That is to assume prices stabilise and just stop rising for an extended period.
If you want to get back to a median multiple of five you'd need a 34 per cent increase in the median household income, Olsen says.
To get back to the multiple of three you'd need household incomes to go up by 120 per cent.
Sadly, based on those numbers, the prospect of getting back to a multiple of three looks highly unrealistic for now, he says.
We should probably focus on a return to a multiple of about five - something we last saw after the post-GFC low around a decade ago.
So it's either a 25 per cent fall in prices or a 34 per cent rise in incomes, or a mix of the two, spread over some time .
From a political point of view that last option is probably more palatable, Olsen says.
"You could try and engineer it so wage growth rose ahead of house price growth for a sustained period but I'm yet to see any great idea about how we lift wages to that extent," he says.
Lifting real wages has been a persistent problem for many years in this country.
On that basis it seems more likely that any changes in affordability will have to be led by price falls, Olsen says.
On current wage growth trends, achieving a significant lift in affordability will take roughly a decade - and that is assuming house prices don't move at all in that time, he says.
In report titled "Government on Housing Market War Footing", BNZ economist Toplis warns that this kind of finely tuned soft landing is almost impossible to engineer politically.
In fact, he argues it's never been done.
"The Government will not be happy unless house price growth falls below income growth so it is reasonable to assume house price inflation will fall to near zero, at best in the not too distant future," he writes.
"The risk is that no government, or central bank for that matter, has ever been able to fine tune an asset market, so the balance of risk is that a decent correction in prices occurs."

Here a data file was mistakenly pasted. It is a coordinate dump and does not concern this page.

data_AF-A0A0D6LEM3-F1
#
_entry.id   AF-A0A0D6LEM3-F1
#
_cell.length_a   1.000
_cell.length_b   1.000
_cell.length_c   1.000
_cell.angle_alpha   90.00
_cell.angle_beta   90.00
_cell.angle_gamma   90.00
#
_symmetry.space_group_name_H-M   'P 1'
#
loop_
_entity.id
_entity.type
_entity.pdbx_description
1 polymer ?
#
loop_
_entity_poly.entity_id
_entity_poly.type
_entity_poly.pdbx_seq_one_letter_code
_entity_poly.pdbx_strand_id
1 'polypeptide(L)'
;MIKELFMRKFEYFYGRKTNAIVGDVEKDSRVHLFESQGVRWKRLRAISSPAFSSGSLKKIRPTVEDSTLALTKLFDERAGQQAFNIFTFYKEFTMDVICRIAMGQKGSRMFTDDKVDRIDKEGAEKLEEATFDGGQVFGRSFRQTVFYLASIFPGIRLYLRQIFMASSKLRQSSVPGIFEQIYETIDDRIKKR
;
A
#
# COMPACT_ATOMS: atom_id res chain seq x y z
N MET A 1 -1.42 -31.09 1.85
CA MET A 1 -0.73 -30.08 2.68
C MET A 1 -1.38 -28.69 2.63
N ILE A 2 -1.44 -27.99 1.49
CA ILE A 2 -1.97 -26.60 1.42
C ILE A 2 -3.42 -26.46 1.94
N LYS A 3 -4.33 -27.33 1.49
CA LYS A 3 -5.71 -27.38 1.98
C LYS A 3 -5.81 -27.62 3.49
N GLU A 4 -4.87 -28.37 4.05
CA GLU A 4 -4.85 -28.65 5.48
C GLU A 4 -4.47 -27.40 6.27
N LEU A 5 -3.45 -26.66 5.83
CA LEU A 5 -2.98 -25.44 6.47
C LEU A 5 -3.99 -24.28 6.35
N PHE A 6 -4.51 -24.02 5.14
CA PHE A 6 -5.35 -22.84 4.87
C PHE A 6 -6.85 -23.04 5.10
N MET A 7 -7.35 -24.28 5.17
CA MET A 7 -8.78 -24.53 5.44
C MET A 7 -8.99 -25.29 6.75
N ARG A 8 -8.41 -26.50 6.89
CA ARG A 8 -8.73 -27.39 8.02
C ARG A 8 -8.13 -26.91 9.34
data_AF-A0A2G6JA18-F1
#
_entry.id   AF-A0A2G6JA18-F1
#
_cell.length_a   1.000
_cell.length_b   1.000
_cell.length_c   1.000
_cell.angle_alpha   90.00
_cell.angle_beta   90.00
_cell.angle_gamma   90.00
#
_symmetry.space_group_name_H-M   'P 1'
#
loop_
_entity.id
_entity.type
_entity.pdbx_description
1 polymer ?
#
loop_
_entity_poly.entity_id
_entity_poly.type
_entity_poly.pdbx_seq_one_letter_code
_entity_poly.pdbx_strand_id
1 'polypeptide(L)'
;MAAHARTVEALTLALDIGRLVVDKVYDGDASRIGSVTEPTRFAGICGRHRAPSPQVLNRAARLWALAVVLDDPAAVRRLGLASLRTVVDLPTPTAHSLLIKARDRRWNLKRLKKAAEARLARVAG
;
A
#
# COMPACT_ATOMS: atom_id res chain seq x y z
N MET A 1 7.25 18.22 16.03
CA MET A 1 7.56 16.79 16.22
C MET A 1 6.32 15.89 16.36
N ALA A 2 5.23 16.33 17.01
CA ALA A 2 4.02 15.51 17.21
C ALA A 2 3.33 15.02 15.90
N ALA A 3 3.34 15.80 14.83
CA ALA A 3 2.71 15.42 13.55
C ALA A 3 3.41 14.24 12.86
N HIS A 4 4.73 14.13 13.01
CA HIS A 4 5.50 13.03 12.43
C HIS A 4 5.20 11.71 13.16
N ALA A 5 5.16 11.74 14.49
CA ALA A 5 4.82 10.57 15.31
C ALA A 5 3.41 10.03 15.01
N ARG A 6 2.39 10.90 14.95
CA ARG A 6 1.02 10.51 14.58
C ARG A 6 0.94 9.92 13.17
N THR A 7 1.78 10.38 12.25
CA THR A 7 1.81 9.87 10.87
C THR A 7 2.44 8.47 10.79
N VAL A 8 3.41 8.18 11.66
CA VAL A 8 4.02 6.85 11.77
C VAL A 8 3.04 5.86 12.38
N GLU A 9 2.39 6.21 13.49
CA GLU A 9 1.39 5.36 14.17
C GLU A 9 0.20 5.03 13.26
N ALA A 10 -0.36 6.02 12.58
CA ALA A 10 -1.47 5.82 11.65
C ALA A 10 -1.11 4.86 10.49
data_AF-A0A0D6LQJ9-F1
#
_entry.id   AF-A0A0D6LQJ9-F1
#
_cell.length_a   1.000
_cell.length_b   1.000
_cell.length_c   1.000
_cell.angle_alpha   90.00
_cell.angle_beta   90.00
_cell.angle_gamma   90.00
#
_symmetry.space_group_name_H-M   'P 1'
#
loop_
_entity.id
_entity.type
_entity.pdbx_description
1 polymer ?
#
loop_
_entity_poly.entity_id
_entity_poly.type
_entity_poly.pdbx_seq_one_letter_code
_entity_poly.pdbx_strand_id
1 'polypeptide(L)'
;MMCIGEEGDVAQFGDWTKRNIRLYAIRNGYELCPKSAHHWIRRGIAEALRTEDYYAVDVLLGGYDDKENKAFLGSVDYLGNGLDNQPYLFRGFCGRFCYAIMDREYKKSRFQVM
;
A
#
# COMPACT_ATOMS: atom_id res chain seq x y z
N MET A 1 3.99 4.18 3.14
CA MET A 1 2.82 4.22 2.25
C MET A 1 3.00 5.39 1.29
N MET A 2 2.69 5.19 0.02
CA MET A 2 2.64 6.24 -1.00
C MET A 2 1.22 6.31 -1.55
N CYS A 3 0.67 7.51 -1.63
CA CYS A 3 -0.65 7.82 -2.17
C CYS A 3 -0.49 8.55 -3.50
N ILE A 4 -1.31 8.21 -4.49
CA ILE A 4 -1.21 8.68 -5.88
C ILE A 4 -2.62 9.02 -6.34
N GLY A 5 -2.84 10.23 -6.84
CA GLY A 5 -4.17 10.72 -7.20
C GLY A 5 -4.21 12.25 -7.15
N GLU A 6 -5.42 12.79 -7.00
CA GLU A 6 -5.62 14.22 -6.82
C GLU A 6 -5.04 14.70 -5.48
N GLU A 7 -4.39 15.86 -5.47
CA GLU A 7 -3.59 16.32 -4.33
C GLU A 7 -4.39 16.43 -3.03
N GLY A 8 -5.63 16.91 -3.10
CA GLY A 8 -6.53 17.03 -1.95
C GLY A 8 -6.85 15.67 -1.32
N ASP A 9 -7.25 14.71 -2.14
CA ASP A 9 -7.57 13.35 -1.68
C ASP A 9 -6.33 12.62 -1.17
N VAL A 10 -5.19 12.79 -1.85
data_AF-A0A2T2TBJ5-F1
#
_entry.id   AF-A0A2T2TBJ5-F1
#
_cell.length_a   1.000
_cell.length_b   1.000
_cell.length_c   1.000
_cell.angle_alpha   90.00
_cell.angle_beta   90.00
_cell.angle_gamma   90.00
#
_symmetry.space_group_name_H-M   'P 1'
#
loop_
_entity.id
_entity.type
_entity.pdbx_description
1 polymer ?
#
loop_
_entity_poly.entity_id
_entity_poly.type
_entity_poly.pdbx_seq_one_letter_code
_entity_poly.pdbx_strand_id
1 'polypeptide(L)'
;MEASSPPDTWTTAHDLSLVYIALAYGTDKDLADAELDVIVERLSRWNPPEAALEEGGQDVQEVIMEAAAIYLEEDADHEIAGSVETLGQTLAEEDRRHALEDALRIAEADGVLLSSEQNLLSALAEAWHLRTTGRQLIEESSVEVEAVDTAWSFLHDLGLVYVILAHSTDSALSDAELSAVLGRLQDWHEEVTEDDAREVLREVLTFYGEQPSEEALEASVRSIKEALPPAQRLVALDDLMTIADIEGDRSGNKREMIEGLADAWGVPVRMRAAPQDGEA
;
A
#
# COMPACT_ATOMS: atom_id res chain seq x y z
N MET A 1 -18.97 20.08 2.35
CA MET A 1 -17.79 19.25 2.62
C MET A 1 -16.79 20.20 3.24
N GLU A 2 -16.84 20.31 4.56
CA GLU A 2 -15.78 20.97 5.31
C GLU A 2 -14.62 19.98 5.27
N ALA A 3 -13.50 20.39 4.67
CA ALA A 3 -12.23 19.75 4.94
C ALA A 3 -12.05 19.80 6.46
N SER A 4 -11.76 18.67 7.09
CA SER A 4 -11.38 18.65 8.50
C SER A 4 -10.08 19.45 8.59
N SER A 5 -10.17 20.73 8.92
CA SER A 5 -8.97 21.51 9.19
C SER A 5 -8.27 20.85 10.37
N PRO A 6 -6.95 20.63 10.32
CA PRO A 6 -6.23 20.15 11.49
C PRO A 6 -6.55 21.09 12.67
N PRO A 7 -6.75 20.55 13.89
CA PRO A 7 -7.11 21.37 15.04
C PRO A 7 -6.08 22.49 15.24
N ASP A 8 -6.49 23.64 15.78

But we shouldn't necessarily fear a correction, he says.
"For all but new purchasers this matters little as it will simply reverse some of the exceptional capital gain we have seen over the recent past."
And at the most disadvantaged end of the social spectrum, whether or not these policies "succeed" is largely irrelevant, he writes.
People who require social housing "are simply so far away from being able to purchase a house that even a major correction in house prices would not sate their excess demand".
"The solutions for this market are for local and central government to decide how much housing they are able to provide to those who might never be able to purchase a house, and how much housing might be available for those with the potential to eventually own property," he says.
Ultimately there are "no magic wand solutions" to unaffordability, says REINZ's Alexander.
"A long-term, sustained approach that conquers the political divide and includes key industry players, local councils, iwi, social housing providers and developers to build at scale and at speed is what we need to start looking at solving affordability issues," she says.
Prefabrication, rent-to-buy models and more build-to-rent investment properties are other solutions, she says, citing trends like 3D printing and container buildings.
ASB chief economist Nick Tuffley is not convinced we'll see these latest policies cause an outright fall in prices.
"Our initial thinking is that house price growth will slow more sharply than we had factored in, but that the policies will not necessarily trigger outright price falls," he says.
"The supply shortfall and starting point of record low listings will help to keep a floor under the market for 2021. Furthermore, there are plenty of would-be first home buyers waiting in the wings."
But much will depend on how current investors react.
"Some investors might make a run for the exit and attempt to offload properties; if so that would amplify the downward pressure on house prices."
Another issue politicians need to consider, if they are genuine about improving affordability, is whether a sustained period of market stagnation is better or worse for the health of the economy than a short, sharp correction.
When we consider the way sophisticated investors look at equity markets, the latter is actually preferable and typically factored into long term investment expectations.
The bull and the bear market are both accepted as part of the investment landscape.
"Without having done any real analysis on that, I broadly tend to agree," Olsen says.
A short, sharp housing correction would provide an opportunity to restart things, he says.
"What you'd do is put everyone on notice that houses are not solid-gold investments that have no chance of ever going down.
"There is risk attached. As an investor you have recognise risk and I don't think people are correctly assessing that risk."
- The wording on this graphic was changed to clarify the Government action on Interest Deductability. Additional source is Office of Minister of Finance